An anti-choice bill in Congress would do just that. It could force sexual-assault survivors who access abortion care to prove the assault occurred.

A congressional committee is set to vote on this bill January 15 - so we must move quickly. If we can flood all member of the House before the vote, we can stop it from picking up momentum.

Send an email to your lawmaker right now and demand the House stop H.R 7.

So who lost net neutrality? Tasked by President Obama with codifying the principle, the previous chairman of the F.C.C., Julius Genachowski, was cowed, leading to the present debacle. In 2010, the F.C.C. introduced formal net-neutrality rules, in what it called the Open Internet Order. Genachowski, inexcusably, did not use his agency’s main authority over wire communications to enact it. Since its creation, the F.C.C. has had the authority to police all communications by wire in the United States. Instead, Genachowski grounded the rules in what is called—in legal jargon—the agency’s “auxiliary authority.” If the F.C.C. were a battleship, this would be the equivalent of quieting the seventeen-inch-inch guns and relying on the fire hoses.

What could possibly have convinced the agency to pursue a legal strategy that any law student could see was dubious? As in any big mistake, there were compounding errors. Members of Congress threatened to strip the F.C.C. of some of its powers if it enacted the rules with the full weight of its legal authority. (Indeed, Congress tried and failed to overturn the Open Internet Order.) A.T. & T. warned that it would cancel its ongoing effort to become a cable company, threatening to tar the agency with job losses. One senior F.C.C. staffer told me that it would have unduly affected the stock prices of the telecom firms. The agency also had a Kool-Aid-drinking problem; it started to believe its own legal arguments, however weak. Altogether, it was a cowardly reaction to empty political threats.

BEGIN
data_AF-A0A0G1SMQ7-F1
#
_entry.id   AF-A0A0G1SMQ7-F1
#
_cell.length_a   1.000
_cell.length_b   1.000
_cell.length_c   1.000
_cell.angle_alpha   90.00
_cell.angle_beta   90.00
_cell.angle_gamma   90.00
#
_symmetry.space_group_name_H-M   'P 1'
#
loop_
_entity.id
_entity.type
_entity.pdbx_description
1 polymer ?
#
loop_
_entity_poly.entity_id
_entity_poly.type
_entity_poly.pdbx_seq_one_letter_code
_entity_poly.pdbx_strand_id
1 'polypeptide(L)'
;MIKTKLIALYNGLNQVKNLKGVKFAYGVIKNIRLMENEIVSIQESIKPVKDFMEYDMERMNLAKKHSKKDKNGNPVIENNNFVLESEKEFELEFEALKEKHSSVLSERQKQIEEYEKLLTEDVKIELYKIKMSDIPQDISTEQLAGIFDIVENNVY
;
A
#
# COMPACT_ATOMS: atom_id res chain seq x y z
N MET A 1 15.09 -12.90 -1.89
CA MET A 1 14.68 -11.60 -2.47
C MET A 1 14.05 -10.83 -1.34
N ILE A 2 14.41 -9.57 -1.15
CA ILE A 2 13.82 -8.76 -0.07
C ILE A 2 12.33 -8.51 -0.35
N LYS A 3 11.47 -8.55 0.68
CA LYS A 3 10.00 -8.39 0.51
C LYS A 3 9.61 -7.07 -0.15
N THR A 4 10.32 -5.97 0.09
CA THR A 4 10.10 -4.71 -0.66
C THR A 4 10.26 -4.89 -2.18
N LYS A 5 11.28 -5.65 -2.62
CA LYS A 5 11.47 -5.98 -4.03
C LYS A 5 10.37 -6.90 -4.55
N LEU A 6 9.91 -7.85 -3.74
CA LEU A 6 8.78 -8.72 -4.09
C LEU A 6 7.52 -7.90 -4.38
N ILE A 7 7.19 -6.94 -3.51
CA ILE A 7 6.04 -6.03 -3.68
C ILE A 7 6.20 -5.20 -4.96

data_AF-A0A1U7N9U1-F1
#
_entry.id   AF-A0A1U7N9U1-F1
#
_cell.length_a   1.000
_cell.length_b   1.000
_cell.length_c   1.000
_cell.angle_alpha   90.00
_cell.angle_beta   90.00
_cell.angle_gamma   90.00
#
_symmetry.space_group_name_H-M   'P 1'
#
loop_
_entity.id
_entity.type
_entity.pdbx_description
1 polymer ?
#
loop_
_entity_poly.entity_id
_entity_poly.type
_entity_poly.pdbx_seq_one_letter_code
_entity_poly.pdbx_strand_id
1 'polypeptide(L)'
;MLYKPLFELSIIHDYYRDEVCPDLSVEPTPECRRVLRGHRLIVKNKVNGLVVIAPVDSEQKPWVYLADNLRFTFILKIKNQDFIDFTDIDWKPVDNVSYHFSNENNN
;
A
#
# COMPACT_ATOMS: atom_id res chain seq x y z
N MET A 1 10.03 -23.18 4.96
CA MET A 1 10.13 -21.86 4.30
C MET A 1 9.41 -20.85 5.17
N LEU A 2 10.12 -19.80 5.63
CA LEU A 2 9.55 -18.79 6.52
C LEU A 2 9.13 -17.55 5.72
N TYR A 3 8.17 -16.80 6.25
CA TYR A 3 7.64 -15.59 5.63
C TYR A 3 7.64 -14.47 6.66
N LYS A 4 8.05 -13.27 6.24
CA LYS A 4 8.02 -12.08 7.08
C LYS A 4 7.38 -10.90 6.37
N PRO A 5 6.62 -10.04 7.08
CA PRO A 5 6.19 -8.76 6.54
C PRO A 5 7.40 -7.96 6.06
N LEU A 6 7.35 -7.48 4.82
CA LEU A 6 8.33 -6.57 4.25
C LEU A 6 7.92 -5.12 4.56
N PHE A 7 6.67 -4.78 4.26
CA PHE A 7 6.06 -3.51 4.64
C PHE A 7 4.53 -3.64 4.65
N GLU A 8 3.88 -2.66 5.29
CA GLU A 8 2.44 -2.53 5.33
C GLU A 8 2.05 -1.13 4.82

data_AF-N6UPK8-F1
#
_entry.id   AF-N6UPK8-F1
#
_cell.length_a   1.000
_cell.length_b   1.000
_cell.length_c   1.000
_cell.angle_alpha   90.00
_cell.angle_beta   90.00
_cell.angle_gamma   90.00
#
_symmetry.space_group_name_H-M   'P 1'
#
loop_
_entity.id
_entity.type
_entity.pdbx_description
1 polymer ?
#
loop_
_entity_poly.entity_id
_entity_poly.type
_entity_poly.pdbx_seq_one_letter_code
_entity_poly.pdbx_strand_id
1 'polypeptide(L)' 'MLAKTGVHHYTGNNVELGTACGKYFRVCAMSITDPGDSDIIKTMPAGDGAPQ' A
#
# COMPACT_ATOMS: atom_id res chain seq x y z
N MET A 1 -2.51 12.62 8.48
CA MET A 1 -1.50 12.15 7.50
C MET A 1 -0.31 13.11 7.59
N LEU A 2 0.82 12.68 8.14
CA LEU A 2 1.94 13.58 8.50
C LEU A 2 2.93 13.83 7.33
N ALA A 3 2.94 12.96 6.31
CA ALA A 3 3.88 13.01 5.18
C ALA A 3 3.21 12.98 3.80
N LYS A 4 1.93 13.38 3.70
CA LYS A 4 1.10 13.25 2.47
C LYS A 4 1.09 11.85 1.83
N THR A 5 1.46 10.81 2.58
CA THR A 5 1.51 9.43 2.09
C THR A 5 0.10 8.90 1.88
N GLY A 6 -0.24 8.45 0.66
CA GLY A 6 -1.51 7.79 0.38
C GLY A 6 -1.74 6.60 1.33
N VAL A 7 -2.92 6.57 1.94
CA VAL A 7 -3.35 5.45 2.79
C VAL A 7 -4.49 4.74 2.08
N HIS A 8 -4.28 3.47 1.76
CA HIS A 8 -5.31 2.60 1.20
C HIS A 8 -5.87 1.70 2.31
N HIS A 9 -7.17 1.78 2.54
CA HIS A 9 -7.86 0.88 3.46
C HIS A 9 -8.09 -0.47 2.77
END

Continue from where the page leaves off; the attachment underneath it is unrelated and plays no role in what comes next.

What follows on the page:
Tom Wheeler, the new chairman of the F.C.C., now has the unfortunate task of dealing with strategic errors made by his predecessor. Restoring the agency’s long-standing authority over broadband telecommunications is much simpler than it appears. Wheeler needs only to reaffirm that, for Internet firms that want to send information to customers, broadband is a “telecommunications service,” meaning that the F.C.C. has the authority to regulate it. He has both the time and the votes to do so.

It is possible that Wheeler will do nothing, confirming the suspicions of his critics. But it is hard to imagine that he wants to be the man at the helm as the F.C.C. fades, pricing wars break out, and the Internet stagnates into a version of cable television. To be sure, in the short term, one can attract plenty of praise within Washington for not doing one’s job. But Wheeler has been around long enough to understand both the importance of legacy and the judgment of history.

Who Killed Net Neutrality? : The New Yorker

Again, who killed Net Neurality?

As in any big mistake, there were compounding errors. Members of Congress threatened to strip the F.C.C. of some of its powers if it enacted the rules with the full weight of its legal authority.

Thanks again, Congress….

Hundreds of lobbyists got together to write a trade deal. What happened will scare you senseless.

Yes, I post many petitions for you to stop TPP. What is different about this one is that it has a new target.